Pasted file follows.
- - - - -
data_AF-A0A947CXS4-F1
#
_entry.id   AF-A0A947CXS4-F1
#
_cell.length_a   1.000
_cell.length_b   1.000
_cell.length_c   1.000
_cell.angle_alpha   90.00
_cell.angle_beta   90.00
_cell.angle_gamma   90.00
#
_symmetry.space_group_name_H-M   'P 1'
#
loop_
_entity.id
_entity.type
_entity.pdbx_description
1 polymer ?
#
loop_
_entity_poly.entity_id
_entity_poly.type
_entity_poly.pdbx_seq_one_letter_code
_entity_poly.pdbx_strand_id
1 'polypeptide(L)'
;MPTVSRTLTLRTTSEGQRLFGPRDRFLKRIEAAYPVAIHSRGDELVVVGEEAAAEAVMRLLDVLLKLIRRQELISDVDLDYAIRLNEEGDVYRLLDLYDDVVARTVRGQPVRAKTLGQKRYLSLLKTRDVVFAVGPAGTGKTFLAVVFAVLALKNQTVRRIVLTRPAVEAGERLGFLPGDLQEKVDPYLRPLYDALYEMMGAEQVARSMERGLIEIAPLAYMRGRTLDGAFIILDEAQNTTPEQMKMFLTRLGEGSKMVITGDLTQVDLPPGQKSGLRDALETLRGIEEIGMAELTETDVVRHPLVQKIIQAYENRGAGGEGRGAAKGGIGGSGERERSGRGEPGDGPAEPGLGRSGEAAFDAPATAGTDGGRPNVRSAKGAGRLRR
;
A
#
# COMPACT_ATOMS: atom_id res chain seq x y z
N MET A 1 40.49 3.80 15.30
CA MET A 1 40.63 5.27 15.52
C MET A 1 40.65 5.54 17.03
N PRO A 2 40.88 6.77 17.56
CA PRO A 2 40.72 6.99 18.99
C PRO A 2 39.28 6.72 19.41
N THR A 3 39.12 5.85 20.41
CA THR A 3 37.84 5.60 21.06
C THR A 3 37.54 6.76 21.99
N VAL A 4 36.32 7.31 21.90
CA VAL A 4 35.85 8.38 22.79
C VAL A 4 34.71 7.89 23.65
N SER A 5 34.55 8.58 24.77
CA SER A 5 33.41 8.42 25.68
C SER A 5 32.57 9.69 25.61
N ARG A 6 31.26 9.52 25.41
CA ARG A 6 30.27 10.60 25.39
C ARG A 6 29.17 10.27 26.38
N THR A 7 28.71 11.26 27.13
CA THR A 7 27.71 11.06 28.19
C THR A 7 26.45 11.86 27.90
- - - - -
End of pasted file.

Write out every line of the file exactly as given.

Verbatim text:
data_AF-A0A947CXS4-F1
#
_entry.id   AF-A0A947CXS4-F1
#
_cell.length_a   1.000
_cell.length_b   1.000
_cell.length_c   1.000
_cell.angle_alpha   90.00
_cell.angle_beta   90.00
_cell.angle_gamma   90.00
#
_symmetry.space_group_name_H-M   'P 1'
#
loop_
_entity.id
_entity.type
_entity.pdbx_description
1 polymer ?
#
loop_
_entity_poly.entity_id
_entity_poly.type
_entity_poly.pdbx_seq_one_letter_code
_entity_poly.pdbx_strand_id
1 'polypeptide(L)'
;MPTVSRTLTLRTTSEGQRLFGPRDRFLKRIEAAYPVAIHSRGDELVVVGEEAAAEAVMRLLDVLLKLIRRQELISDVDLDYAIRLNEEGDVYRLLDLYDDVVARTVRGQPVRAKTLGQKRYLSLLKTRDVVFAVGPAGTGKTFLAVVFAVLALKNQTVRRIVLTRPAVEAGERLGFLPGDLQEKVDPYLRPLYDALYEMMGAEQVARSMERGLIEIAPLAYMRGRTLDGAFIILDEAQNTTPEQMKMFLTRLGEGSKMVITGDLTQVDLPPGQKSGLRDALETLRGIEEIGMAELTETDVVRHPLVQKIIQAYENRGAGGEGRGAAKGGIGGSGERERSGRGEPGDGPAEPGLGRSGEAAFDAPATAGTDGGRPNVRSAKGAGRLRR
;
A
#
# COMPACT_ATOMS: atom_id res chain seq x y z
N MET A 1 40.49 3.80 15.30
CA MET A 1 40.63 5.27 15.52
C MET A 1 40.65 5.54 17.03
N PRO A 2 40.88 6.77 17.56
CA PRO A 2 40.72 6.99 18.99
C PRO A 2 39.28 6.72 19.41
N THR A 3 39.12 5.85 20.41
CA THR A 3 37.84 5.60 21.06
C THR A 3 37.54 6.76 21.99
N VAL A 4 36.32 7.31 21.90
CA VAL A 4 35.85 8.38 22.79
C VAL A 4 34.71 7.89 23.65
N SER A 5 34.55 8.58 24.77
CA SER A 5 33.41 8.42 25.68
C SER A 5 32.57 9.69 25.61
N ARG A 6 31.26 9.52 25.41
CA ARG A 6 30.27 10.60 25.39
C ARG A 6 29.17 10.27 26.38
N THR A 7 28.71 11.26 27.13
CA THR A 7 27.71 11.06 28.19
C THR A 7 26.45 11.86 27.90